Children and Divorce: Promoting Resiliency

Divorce is not uncommon in our society — nearly half of all first marriages end in divorce. As a result, large numbers of children experience divorce first hand. A recent review provides the following figures:

  • divorce affects over 1.5 million youth each year
  • 34% of children will see their parents divorce by the time they turn 16 years old

How do kids who live with divorce make out? Divorce can have a number of negative effects on behavioral and emotional adjustment that can extend into adolescence and adulthood. It’s important to point out that NOT EVERY child who experiences divorce has adjustment problems — but the likelihood of this happening is significantly higher when compared to children who have not experienced divorce.

Researchers have been zeroing in on the key reasons for this, along with ways to derail this process. Current studies (including one published this year by Dr. Clorinda Velez and colleagues) focus on ways to promote a positive parent-child relationship in the face of divorce. Divorced moms deal with multiple sources of distress (including feelings of loss, lingering animosity, real-life consequences of being a single parent) that can drain their emotional resources. As a result, it can become harder to maintain “positive” parenting, which includes (among other things) the following features:

  • using a warm, friendly voice
  • being patient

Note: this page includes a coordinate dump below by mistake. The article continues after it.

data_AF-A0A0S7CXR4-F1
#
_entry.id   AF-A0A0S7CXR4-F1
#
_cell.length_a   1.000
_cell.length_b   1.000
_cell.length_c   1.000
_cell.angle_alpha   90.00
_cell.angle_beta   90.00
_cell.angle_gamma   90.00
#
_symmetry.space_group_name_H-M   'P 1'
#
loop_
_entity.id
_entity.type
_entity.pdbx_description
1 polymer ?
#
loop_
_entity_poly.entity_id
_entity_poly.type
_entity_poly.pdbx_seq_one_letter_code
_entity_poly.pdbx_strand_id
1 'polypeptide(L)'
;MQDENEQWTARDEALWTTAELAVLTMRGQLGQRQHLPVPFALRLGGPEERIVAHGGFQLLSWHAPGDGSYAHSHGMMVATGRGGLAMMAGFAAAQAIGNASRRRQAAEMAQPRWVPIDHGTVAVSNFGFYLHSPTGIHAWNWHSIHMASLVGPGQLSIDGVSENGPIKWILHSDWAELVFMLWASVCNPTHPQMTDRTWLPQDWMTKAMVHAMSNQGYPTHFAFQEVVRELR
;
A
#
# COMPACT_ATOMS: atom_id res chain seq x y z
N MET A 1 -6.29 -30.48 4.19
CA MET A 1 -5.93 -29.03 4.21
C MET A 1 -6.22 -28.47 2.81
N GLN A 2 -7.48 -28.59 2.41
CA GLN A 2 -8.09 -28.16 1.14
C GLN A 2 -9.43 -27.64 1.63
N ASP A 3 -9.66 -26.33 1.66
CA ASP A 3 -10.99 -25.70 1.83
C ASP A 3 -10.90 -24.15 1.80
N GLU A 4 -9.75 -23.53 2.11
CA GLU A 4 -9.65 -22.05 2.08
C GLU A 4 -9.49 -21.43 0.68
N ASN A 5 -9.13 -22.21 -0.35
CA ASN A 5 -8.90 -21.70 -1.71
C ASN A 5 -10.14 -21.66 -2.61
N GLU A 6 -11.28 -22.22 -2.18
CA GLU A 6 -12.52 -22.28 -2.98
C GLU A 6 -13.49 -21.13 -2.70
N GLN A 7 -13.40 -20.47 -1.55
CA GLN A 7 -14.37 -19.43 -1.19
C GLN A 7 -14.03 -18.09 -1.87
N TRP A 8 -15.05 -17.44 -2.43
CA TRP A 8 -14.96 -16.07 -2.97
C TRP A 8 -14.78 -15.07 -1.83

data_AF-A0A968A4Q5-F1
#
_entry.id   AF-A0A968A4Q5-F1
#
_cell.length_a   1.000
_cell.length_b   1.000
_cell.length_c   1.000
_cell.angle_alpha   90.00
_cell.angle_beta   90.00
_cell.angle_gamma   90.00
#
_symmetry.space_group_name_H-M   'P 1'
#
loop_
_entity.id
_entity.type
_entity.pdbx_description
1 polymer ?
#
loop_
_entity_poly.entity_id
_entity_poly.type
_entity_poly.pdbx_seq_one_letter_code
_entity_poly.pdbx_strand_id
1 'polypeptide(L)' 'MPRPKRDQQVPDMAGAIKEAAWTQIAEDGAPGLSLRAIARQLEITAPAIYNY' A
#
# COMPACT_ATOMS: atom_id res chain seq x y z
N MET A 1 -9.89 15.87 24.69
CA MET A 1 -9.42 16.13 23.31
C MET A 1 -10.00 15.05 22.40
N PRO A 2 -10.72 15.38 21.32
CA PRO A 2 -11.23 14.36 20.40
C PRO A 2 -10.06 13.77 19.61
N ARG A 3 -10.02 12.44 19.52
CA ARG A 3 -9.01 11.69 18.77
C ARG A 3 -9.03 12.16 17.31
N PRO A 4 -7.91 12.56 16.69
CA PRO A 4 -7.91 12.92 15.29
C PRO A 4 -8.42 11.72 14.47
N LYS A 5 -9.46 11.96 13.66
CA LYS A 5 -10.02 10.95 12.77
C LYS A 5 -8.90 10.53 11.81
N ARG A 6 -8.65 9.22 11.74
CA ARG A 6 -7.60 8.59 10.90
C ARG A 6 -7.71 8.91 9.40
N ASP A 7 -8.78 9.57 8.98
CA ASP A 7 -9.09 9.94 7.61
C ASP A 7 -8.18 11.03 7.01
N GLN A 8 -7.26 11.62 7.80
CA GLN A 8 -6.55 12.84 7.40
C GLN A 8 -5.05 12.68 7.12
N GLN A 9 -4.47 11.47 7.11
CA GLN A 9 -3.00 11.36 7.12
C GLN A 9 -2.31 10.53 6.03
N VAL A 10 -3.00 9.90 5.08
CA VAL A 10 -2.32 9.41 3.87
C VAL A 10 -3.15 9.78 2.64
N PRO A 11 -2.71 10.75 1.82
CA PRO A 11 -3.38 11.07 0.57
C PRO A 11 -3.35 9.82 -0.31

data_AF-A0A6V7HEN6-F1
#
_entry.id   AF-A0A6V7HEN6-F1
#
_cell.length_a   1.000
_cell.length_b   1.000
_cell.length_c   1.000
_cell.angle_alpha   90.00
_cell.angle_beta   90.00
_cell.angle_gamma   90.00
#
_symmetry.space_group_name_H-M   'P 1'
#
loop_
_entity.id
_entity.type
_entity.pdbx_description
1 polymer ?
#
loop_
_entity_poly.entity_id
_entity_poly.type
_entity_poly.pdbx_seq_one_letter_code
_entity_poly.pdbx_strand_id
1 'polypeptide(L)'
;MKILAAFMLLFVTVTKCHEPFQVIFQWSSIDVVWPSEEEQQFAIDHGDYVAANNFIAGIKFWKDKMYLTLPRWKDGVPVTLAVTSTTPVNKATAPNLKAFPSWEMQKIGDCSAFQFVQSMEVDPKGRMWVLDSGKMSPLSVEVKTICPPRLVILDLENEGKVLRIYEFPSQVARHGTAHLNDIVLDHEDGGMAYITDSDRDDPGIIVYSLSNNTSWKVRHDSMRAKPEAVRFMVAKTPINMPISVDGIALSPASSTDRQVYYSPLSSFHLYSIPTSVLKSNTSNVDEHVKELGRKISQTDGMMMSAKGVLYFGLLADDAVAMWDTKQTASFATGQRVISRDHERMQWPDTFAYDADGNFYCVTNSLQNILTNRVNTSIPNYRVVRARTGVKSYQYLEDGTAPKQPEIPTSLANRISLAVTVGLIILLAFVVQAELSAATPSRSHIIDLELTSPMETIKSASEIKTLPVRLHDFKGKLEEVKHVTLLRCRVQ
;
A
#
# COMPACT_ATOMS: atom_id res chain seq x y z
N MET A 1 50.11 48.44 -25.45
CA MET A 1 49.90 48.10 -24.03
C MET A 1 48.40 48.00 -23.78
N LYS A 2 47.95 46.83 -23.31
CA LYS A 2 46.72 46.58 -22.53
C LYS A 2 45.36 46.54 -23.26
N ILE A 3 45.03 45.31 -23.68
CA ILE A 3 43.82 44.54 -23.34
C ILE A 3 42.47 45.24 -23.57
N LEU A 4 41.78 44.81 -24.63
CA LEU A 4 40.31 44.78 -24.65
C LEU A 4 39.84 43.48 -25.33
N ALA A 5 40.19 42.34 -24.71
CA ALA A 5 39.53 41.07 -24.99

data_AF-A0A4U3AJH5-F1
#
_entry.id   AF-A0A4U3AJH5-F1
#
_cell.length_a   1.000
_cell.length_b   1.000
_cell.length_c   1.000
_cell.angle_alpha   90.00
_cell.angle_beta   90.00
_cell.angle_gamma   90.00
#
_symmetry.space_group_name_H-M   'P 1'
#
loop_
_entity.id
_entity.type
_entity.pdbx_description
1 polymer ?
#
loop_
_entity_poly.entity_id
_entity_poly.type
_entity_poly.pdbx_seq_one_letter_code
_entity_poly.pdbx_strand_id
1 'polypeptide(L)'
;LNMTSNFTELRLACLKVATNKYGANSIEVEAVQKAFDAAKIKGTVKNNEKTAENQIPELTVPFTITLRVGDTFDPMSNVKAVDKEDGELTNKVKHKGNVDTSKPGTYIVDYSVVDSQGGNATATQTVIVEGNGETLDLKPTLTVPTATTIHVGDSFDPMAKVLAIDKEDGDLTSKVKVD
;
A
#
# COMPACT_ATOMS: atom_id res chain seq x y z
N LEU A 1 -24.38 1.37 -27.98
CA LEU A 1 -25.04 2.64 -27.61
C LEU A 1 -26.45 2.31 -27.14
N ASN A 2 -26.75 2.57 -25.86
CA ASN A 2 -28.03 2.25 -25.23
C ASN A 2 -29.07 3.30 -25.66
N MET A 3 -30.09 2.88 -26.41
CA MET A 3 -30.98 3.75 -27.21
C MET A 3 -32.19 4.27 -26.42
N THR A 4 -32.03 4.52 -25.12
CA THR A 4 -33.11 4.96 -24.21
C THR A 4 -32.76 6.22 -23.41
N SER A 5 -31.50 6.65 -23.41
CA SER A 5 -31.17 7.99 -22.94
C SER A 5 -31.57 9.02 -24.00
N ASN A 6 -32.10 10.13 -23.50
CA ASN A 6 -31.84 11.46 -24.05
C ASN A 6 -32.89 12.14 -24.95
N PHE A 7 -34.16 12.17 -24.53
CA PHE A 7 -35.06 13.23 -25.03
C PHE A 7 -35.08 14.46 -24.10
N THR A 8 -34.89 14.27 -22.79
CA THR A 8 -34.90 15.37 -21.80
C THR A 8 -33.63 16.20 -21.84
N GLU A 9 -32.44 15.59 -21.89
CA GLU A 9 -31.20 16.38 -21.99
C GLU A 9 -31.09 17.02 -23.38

• encouraging open conversation

What is promising is that intervention programs that help mothers focus on maintaining positive parenting can have very positive effects on their children. The Velez et al. study demonstrated that the children who experienced divorce when they were between 9-12 years of age have increased coping skills (both 6 months and 6 years later) that are tied to improvements in positive parenting gained by an intervention. The coping behaviors include things like having proactive problem solving skills and decision making styles, and finding ways to maintain positivity and optimism in the face of stressors. Coping skills are critical because experiencing a profound stressor like divorce can lead children to develop maladaptive ways for handling adversity.

Dealing with a divorce is complex, but especially so when you are a parent. My fellow blogger, Julia Landry, is providing us with an eloquent account of the challenges she is currently facing. As you will find in reading her posts, coping well with adversities in life not only helps us as adults, but also gives our children a platform of resiliency that bodes well for their development.

Image courtesy of Salvatore Vuono via

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  1. by Julia

    On June 8, 2011 at 7:48 am

    Thanks, Richard! I would love to see more in the future about coparenting issues and tips to promote attachment between children of divorce and the noncustodial parent. Great post!

  2. by Wayne Stocks

    On June 14, 2011 at 12:01 pm

    I am currently conducting of survey of people whose parents divorced before they reached the age of 18. The purpose of this short, confidential on-line survey is to help us better serve current children whose parents have divorced. Please help by filling out the survey at

  3. by Jennifer Margulis

    On June 19, 2011 at 5:33 pm

    The best book I’ve ever read about children and divorce echoes this advice. It’s called HEALING THE HURT, RESTORING THE HOPE and it helps children cope with both death and divorce. I highly recommend it.

  4. [...] a kid’s perspective, it’s an ongoing condition. My kids are never going to not be sad that their parents aren’t together. And me acknowledging [...]